distinct nonzero digits a, b, and c exactly once, what is the largest integer by which x must be divisible?

Solution:

There are 3!, or 6, different three-digit numbers that can be constructed using the digits *a*, *b*, and *c*:

The value of any one of these numbers can be represented using place values. For example, the value of abc is 100a + 10b + c.

Therefore, you can represent the sum of the 6 numbers as:

=222(a+b+c)

* x* is equal to 222(*a* + *b* + *c*). Therefore, *x* must be divisible by 222.

The correct answer is E

QUESTION: 4

If a and b represent positive single digits in the correctly worked computation above, what is the value of the two digit integer ba?

Solution:

The sum of the units digit is 2 + 3 + b = 10. We know that 2 + 3 + b can’t equal 0, because b is a positive single digit. Likewise 2 + 3 + b can’t equal 20 (or any higher value) because b would need to be 15 or greater—not a single digit. Therefore, b must equal 5.

We know that 1 is carried from the sum of the units digits and added to the 2, a, and 4 in the tens digit of the computation, and that those digits sum to 9. Therefore 1 + 2 + a + 4 = 9, or a = 2.

Thus, the value of the two digit integer ba is 52.

The correct answer is E

QUESTION: 5

For any four digit number, abcd, *abcd*= (3^{a})(5^{b})(7^{c})(11^{d}). What is the value of (n – m) if m and n are fourdigit numbers for which *m* = (3^{r})(5^{s})(7^{t})(11^{u}) and *n* = (25)(*m*)?

Solution:

According to the question, the “star function” is only applicable to four digit numbers. The function takes the thousands, hundreds, tens and units digits of a four-digit number and applies them as exponents for the bases 3, 5, 7 and 11, respectively, yielding a value which is the product of these exponential expressions.

Let’s illustrate with a few examples:

*2234* = (3^{2})(5^{2})(7^{3})(11^{4})

*3487* = (3^{3})(5^{4})(7^{8})(11^{7})

According to the question, the four-digit number m must have the digits of rstu, since *m* = (3r)(5s)(7t)(11u).

If *n* = (25)(*m*)

*n* = (5^{2})(3^{r})(5^{s})(7^{t})(11^{u})

*n* = (3^{r})(5^{s+2})(7^{t})(11^{u})

n is also a four digit number, so we can use the *n* value to identify the digits of n:

thousands = r, hundreds = s + 2, tens = t, units = u.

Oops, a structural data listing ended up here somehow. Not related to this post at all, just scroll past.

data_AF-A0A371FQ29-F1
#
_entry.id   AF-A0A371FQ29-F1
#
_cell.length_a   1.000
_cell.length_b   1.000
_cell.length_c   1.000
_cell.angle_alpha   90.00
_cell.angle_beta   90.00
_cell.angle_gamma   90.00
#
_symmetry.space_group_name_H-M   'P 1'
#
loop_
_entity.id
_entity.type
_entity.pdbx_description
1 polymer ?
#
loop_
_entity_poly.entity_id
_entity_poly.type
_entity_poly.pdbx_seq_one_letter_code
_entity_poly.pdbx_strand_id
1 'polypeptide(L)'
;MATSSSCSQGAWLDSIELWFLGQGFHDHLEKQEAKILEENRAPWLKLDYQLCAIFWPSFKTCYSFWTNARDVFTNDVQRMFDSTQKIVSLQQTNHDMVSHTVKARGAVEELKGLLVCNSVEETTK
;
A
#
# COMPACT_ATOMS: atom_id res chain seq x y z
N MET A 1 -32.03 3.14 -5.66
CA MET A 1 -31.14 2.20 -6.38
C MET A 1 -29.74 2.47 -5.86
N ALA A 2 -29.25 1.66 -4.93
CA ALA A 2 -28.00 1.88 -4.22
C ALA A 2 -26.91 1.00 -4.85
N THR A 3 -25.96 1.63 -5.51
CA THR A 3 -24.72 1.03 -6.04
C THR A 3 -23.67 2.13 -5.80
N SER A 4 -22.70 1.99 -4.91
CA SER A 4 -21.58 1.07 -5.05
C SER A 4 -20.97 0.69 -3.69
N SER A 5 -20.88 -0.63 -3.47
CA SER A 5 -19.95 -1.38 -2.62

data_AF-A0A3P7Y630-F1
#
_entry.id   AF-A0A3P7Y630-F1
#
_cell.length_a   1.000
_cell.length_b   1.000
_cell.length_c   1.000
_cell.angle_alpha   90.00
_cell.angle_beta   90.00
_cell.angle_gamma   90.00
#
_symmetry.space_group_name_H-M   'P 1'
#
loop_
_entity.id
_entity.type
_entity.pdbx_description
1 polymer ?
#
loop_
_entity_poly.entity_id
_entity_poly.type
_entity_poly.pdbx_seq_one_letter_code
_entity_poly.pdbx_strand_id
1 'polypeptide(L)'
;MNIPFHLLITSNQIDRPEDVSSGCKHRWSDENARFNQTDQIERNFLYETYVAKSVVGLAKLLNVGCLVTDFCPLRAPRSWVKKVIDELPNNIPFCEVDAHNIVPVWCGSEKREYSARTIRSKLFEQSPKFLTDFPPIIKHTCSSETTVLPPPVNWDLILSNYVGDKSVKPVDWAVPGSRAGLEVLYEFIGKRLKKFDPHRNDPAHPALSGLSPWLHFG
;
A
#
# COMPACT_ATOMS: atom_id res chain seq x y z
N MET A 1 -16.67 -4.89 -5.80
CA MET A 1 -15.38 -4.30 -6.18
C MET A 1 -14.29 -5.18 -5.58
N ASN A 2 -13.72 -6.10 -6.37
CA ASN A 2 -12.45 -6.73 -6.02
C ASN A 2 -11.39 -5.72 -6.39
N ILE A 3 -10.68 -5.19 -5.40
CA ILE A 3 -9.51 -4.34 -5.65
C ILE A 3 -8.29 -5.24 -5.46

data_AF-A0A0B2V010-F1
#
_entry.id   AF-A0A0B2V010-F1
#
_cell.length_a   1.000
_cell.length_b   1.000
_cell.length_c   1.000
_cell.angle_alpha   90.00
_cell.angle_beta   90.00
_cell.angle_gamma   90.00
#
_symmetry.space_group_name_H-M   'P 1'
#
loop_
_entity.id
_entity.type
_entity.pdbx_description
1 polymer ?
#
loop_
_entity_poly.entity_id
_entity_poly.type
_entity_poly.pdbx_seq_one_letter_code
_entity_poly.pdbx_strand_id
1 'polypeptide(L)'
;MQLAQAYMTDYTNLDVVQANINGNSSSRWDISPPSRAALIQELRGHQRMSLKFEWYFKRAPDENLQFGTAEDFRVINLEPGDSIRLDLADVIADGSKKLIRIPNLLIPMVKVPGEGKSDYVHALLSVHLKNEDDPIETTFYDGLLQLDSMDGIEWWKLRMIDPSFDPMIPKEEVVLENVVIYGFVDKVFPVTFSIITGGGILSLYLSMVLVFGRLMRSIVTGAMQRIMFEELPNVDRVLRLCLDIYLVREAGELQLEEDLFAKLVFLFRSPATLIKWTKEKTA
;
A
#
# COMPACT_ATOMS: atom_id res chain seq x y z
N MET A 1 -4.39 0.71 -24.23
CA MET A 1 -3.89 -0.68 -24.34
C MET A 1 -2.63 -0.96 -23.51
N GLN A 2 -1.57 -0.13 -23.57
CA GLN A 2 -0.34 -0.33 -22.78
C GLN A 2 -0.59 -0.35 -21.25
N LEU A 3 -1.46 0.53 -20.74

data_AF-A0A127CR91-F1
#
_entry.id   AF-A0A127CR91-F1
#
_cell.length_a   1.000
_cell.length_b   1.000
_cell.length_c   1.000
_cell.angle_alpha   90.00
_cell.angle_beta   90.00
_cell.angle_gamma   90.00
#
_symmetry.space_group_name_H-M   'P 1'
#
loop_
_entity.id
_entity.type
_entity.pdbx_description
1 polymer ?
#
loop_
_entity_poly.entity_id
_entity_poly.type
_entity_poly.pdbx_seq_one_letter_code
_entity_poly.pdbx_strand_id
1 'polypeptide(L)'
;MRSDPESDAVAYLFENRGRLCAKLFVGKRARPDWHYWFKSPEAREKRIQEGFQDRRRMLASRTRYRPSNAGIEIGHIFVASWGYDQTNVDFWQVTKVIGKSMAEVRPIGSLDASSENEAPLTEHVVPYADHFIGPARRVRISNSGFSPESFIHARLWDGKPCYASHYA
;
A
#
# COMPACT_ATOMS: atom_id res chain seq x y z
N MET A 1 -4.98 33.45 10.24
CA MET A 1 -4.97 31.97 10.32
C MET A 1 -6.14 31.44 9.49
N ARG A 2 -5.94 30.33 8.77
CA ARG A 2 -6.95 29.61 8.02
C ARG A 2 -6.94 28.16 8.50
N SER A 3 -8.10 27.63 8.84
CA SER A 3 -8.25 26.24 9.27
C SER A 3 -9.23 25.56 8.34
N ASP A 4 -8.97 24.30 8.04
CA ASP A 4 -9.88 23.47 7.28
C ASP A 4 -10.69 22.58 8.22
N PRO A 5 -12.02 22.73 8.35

All of the digits of n and m are identical except for the hundreds digits. The hundreds digits of n is two more than that of m, so n – m = 200.

The correct answer is B.

QUESTION: 6

What is the unit digit in the product

Solution:

Unit digit in 3^{4} = 1 Unit digit in (3^{4})^{16} = 1

Unit digit in 3^{65} = Unit digit in [ (3^{4})^{16} x 3 ] = (1 x 3) = 3

Unit digit in 6^{59} = 6

Unit digit in 7^{4} Unit digit in (7^{4})^{17} is 1.

Unit digit in 7^{71} = Unit digit in [(7^{4})^{17} x 7^{3}] = (1 x 3) = 3

Required digit = Unit digit in (3 x 6 x 3) = 4.

QUESTION: 7

3251 + 587 + 369 - ? = 3007

Solution:

QUESTION: 8

7589 - ? = 3434

Solution:

Let 7589 -x = 3434

Then, *x* = 7589 - 3434 = 4155

QUESTION: 9

217 x 217 + 183 x 183 = ?

Solution:

(217)^{2} + (183)^{2}= (200 + 17)^{2} + (200 - 17)^{2}

= 2 x [(200)^{2} + (17)^{2}]

[**Ref:*** (a + b) ^{2} + (a - b)^{2} = 2(a^{2} + b^{2})]*

= 2[40000 + 289]

= 2 x 40289

= 80578.

QUESTION: 10

The unit digit in the product (784 x 618 x 917 x 463) is:

Solution:

Unit digit in the given product = Unit digit in (4 x 8 x 7 x 3) = (672) = 2

### Finding the Unit Digits of Large Powers

Doc | 2 Pages

### Digits Integers

Doc | 3 Pages

### Ncert Diagram Unit 3

Doc | 10 Pages

### Units digits of products

Video | 05:22 min

- Test: Unit Digits- 3
Test | 10 questions | 20 min

- Test: Unit Digits, Factorial Powers
Test | 10 questions | 20 min

- Test: Digits And Rounding Off
Test | 10 questions | 20 min

- Test: Unit Digit- 1
Test | 15 questions | 20 min

- Test: Unit Digit- 2
Test | 10 questions | 20 min